The other suggestion is elevate them from the ground, the ones that sit on the ground often crack on the bottom due to outside pressure.
Keep believing ,hoping,and loving
all else is just existing.
Name: Jo Ann Gentle
Pittsford NY (Zone 6a)
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ge1836
Sep 11, 2011 3:01 AM CST
Terre cotta is a porus clay body.Thats why you have to water the ones with plants in them soooo many times duering the summer.
I have had empty ones in winter in Z6 but keep them upside down ,nothing in them. A few didnt make it.

The longer the pot walls have water in them the most likely they will freeze and crack. Terre cottsa that is glazed or decorated will be a gonner.

I have stopped buying clay pots in any size or shape. The larger ones 18-20 inches are too heavy to drag inside even if we did have room.

I laid my large clay pots with plants in them,on their sides for winter,this way they dont gather moisture from layers of snow on them.
Covering with plastic wouldnt hurt either.
I had ceramic pot with clem. and hosta in it.Laid on its side and the sqy=uirrils dug out the clem trying to bury seeds etc. I nearly lost both plants.

Its just not a good idea to leave clay of any kind outside, even in a protected area.Moisture in the pot walls can fracture the pot if they freeze and thaw over a winter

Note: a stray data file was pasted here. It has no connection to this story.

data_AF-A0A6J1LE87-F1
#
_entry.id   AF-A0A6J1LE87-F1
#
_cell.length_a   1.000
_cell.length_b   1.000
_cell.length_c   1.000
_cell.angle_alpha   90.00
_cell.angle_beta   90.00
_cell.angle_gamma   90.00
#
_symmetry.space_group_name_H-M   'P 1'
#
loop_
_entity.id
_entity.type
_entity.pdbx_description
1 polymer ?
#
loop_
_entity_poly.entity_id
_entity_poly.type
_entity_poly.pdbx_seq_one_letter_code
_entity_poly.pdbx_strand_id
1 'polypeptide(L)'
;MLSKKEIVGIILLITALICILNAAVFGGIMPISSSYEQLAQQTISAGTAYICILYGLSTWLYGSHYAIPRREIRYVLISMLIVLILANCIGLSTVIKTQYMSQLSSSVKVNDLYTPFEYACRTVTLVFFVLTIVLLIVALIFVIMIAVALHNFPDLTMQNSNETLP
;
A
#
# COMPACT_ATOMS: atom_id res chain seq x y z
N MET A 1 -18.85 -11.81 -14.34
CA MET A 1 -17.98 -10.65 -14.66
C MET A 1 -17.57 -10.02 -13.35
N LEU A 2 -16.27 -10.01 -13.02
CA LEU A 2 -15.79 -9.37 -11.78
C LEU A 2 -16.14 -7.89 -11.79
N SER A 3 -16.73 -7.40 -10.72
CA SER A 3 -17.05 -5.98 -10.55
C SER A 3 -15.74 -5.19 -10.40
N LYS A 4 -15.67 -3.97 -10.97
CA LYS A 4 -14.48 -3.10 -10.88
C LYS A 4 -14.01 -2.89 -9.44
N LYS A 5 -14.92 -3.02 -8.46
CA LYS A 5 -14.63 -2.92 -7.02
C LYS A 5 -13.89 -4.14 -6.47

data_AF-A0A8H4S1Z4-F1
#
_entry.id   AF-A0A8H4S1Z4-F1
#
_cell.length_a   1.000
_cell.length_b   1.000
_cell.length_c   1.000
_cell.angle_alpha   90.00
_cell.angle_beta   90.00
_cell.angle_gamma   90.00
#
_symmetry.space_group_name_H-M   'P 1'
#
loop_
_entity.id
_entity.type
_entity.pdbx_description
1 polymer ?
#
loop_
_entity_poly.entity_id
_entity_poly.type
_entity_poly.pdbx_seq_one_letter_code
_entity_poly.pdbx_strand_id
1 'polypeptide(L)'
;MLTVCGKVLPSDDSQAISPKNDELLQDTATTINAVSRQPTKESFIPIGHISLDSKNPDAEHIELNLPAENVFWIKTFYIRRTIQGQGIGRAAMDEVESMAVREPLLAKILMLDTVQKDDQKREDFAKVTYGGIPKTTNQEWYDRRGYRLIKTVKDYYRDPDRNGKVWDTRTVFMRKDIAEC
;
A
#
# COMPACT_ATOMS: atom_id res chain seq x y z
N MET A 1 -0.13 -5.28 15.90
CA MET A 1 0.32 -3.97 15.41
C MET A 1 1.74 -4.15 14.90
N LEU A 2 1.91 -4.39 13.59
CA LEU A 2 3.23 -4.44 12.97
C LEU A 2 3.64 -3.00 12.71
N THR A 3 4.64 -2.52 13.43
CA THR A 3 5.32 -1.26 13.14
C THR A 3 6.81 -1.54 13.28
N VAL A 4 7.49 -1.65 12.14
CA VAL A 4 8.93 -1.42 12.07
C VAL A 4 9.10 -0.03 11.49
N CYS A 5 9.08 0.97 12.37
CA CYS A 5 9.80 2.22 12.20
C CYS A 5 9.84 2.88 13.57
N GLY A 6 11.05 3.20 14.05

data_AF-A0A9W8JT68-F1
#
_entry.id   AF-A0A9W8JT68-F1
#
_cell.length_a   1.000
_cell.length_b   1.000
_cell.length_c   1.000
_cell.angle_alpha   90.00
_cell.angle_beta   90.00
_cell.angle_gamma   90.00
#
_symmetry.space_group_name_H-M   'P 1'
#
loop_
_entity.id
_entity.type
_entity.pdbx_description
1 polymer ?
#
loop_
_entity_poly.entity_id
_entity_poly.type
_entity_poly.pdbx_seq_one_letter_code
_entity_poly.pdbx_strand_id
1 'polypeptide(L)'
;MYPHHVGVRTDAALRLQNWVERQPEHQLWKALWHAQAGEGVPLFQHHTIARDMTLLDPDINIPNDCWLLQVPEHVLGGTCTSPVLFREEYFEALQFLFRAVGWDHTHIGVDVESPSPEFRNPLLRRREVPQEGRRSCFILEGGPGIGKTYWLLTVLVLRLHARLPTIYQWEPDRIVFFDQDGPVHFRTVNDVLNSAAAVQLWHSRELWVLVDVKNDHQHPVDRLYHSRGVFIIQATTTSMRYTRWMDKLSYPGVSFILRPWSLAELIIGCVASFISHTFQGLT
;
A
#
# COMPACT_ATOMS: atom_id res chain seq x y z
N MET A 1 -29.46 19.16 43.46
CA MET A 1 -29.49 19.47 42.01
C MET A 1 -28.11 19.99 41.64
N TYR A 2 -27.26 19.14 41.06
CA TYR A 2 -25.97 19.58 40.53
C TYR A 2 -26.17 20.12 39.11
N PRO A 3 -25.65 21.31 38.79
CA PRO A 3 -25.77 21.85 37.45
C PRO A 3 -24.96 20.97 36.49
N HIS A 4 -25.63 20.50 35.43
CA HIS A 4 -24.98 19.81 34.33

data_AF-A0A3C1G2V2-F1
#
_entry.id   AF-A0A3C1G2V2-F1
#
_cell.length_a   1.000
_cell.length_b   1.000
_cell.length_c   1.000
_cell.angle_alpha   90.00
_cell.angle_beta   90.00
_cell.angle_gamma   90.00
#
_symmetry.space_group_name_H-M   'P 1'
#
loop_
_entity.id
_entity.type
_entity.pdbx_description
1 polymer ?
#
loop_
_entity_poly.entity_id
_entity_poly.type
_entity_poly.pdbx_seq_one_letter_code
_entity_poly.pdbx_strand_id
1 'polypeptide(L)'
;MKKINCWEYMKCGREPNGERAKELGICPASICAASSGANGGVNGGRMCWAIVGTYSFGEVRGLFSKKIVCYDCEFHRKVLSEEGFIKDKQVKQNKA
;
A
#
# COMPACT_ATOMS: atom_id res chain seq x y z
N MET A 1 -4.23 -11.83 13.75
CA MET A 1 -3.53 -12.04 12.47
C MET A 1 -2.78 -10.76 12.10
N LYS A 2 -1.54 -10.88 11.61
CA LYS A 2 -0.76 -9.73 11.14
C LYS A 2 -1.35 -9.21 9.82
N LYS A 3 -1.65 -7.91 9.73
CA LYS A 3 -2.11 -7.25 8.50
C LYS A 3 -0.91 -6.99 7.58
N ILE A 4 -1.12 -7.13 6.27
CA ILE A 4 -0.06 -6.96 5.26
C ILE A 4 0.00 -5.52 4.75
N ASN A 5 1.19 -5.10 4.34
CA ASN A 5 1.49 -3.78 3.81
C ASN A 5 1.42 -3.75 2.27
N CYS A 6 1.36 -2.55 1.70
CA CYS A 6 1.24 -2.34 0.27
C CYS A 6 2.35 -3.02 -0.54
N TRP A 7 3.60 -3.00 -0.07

.It doesnt have to snow.Just moisture and weeks of freezing and thawing will shatter the piece.
Name: Lynn
Dallas, OR (Zone 8b)
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valleylynn
Sep 11, 2011 9:13 AM CST

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Good advice Cinda and Jo Ann. We do get lots of rain in winter here, with freezing and thawing throughout several months. For me I have found that having gravel under the pot or feet raising it up from the ground, keeps them draining so excess water is not building up in the pot.
Not all terra cotta is created equal.

From Demesne, Buying terra cotta pots
Terra cotta pots are made all over the world. The finest pots are made in Italy, but other perfectly serviceable pots are made in Germany, Mexico, China, and the US.

The quality of clay (as with any pottery) is critical to the final quality of the pot. Other factors include construction and the temperature at which the pots are fired. You can tell something of a terra cotta container's quality and durability by rapping it with a knuckle while holding the rim (don't rap it out of your hand or the test is moot). If it says "thud" when you hit it, it's fired at a low temperature. If it "rings", it's probably fired at higher temperatures and more likely to be durable.

Most common are hand-turned or molded pots. Hand-turned pots are made individually by potters and come in a variety of shapes and sizes. As with any craft that is labor intensive, the cost of such pots is relatively high compared to the the molded pots that are mass produced in factories.

Molded pots are less likely to be frost proof and are often made of variable quality clay. Different manufacturers fire at different temperatures. Coarse, low-fired clay pots can disintegrate in four or five years. Others may contain resins or have finishes that supposedly prevent wear or cracking, but should you decide to fire an additional glaze (as some ceramics students have been known to do) the pot could melt in the kiln.

Understanding your clay pots is the first step to protecting them from winter weather, so with proper care, you can enjoy them for many seasons.

http://www.demesne.info/Garden-Help/Containers.htm
Name: Horseshoe Griffin
Efland, NC (Zone 7a)